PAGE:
Biro-biro should have been biru-biru, for the same reasons as that of cabiro.

May 23, 2007

Scottish teenager revives Gaelic

May this article inspire my fellow Kapampangan youth.

"I feel that Gaelic gives us an identity as a people" Jayne McCleod Teenager Jayne McCleod is bringing the ancient dialect of Scottish Gaelic back into the hearts of local young people, through a combination of radio broadcasts and traditional dance.

Jayne lives on the Isle of Lewis off the coast of Scotland. In her hometown of Ness, the green rolling hills, the trademark of the Scottish highlands, meet the undulating blue waves of the Atlantic Ocean.

The oldest language spoken in Scotland, Jayne is one of the few people who fully understand Gaelic. She speaks Gaelic at home with her family, especially her grandmother, but not with her friends.

Jayne explains that Gaelic suffers from an image problem amongst the younger generation: "Most young people think Gaelic is old-fashioned so they don't speak it. It's very sad".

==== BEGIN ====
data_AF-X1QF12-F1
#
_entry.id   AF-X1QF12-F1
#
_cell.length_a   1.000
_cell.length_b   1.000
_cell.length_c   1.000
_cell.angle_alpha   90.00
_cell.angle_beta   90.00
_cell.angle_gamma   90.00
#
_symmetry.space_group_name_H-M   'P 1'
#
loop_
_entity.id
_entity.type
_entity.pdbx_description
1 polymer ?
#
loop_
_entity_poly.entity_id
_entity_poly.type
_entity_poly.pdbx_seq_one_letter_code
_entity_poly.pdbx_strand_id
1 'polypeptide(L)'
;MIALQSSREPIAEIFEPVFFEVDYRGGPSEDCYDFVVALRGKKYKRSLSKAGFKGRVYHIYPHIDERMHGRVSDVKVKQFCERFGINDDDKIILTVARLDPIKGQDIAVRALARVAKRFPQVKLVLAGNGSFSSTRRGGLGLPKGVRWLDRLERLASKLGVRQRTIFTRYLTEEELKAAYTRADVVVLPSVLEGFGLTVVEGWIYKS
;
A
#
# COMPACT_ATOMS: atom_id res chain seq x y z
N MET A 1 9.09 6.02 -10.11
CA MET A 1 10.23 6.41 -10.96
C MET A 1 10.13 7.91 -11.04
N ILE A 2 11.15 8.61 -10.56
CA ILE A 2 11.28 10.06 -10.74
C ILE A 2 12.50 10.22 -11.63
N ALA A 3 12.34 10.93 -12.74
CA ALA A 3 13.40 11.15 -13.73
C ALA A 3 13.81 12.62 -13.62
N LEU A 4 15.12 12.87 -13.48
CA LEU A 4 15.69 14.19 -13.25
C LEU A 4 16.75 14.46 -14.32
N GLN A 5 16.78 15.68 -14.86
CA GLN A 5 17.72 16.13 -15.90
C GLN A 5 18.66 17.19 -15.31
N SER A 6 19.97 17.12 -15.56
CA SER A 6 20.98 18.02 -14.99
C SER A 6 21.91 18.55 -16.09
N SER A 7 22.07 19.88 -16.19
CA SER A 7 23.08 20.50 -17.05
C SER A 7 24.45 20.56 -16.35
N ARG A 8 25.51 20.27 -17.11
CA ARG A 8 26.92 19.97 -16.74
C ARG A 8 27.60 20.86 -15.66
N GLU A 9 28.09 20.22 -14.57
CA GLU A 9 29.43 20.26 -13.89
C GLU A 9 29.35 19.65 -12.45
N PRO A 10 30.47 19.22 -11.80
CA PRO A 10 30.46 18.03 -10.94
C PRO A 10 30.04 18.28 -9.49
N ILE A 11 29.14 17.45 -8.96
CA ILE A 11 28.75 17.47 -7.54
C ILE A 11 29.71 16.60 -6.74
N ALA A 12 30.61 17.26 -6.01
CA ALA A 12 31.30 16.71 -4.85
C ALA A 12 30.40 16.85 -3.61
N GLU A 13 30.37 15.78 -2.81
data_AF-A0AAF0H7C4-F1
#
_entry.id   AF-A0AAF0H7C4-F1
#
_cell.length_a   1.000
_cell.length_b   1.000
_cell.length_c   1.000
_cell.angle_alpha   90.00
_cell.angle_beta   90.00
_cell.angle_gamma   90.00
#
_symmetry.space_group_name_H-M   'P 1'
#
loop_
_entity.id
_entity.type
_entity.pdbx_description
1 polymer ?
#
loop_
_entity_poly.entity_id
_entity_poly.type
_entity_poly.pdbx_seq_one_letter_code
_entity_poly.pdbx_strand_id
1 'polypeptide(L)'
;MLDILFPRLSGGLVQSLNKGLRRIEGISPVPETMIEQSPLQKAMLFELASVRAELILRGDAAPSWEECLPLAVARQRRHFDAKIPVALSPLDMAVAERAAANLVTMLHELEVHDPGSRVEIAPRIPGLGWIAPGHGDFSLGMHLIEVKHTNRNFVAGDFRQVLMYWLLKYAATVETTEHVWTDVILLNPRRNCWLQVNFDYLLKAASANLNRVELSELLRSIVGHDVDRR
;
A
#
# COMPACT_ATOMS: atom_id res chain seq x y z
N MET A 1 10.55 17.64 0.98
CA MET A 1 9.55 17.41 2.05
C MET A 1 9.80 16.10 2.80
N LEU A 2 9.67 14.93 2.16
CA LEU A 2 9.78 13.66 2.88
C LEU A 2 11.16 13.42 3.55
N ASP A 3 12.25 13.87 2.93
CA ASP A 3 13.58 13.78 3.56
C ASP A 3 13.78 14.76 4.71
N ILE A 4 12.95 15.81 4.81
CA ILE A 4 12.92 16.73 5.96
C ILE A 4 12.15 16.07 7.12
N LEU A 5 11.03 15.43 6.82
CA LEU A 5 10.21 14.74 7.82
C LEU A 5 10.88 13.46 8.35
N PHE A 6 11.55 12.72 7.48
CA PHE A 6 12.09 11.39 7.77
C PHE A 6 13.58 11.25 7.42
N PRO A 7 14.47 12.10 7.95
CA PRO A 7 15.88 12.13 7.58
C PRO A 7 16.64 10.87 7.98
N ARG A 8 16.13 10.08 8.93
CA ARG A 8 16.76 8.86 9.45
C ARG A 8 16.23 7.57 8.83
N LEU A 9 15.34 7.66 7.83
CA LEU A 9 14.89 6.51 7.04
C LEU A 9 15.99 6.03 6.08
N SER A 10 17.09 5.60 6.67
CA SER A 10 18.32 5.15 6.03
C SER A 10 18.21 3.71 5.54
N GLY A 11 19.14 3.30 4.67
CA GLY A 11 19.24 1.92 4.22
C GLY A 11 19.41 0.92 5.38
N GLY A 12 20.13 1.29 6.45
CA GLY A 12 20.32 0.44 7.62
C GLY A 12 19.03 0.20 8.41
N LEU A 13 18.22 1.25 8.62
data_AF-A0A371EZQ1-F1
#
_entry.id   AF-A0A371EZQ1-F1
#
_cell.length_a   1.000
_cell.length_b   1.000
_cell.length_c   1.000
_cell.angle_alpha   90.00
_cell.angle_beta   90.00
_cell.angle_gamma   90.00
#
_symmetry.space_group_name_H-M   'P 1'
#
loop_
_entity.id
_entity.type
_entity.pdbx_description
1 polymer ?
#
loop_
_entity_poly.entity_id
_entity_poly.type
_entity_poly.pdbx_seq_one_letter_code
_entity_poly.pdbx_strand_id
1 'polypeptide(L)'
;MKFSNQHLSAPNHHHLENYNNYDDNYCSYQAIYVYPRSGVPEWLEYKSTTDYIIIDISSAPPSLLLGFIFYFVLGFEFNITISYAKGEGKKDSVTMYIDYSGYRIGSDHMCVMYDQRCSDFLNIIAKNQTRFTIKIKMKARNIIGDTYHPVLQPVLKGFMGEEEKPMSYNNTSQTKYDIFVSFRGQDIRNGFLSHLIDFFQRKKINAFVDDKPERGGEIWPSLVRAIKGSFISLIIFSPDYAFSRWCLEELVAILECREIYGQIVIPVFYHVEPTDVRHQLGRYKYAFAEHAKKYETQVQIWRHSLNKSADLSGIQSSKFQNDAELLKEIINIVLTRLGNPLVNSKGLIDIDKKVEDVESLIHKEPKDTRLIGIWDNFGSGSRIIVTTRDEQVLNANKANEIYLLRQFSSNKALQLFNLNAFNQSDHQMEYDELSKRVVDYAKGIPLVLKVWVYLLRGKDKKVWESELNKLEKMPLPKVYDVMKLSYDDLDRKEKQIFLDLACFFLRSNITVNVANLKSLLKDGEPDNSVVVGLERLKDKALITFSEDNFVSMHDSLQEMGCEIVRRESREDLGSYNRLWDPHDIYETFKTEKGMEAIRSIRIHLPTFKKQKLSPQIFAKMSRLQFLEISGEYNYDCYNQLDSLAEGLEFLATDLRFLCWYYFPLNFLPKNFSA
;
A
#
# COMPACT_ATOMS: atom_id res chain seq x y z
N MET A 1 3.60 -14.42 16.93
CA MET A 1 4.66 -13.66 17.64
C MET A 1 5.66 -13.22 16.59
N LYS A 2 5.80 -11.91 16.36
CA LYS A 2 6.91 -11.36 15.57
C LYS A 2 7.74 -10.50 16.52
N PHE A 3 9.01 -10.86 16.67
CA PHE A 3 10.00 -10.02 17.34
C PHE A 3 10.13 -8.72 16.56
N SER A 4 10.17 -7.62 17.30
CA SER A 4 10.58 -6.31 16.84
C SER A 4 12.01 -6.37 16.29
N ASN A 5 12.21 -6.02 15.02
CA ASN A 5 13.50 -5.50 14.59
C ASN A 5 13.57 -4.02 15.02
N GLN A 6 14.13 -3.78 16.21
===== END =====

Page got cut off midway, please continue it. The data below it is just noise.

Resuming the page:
Passionate about her language and her heritage, Jayne is working hard to bring Gaelic back into the community. Every Wednesday, as part of her work at the local radio station, Jayne reviews alternative rock and pop CD's in Gaelic.

She hopes that using the language to address subjects that matter to young people, the language will seems relevant and useful to them.

Jayne also believes that Highland dancing is a way of getting young people interested in Gaelic traditions and culture. "When I dance I feel part of where I'm from. It strengthens my bond with the language and culture. Dancing is something that everyone can connect to", says Jayne.

Many Highland dances are connected with ancient Scottish folk customs and history. The 'Old Trousers' for example, came from when the men went to war and were made to wear trousers instead of the traditional kilts.

The dance mimes a Scot shedding his trousers (during the slow, first part of the dance) and returning to his traditional kilts and tartan (during the final, up-tempo fling-like step).

Jayne has been learning dance from the age of 11 and now teaches it to others in the local community arts center. There are about 25 pupils in her weekly dancing class, ranging in age from three to 12 years old. She performs and teaches a variety of dances and, like 'Old Trousers', all of the dances have a story behind them.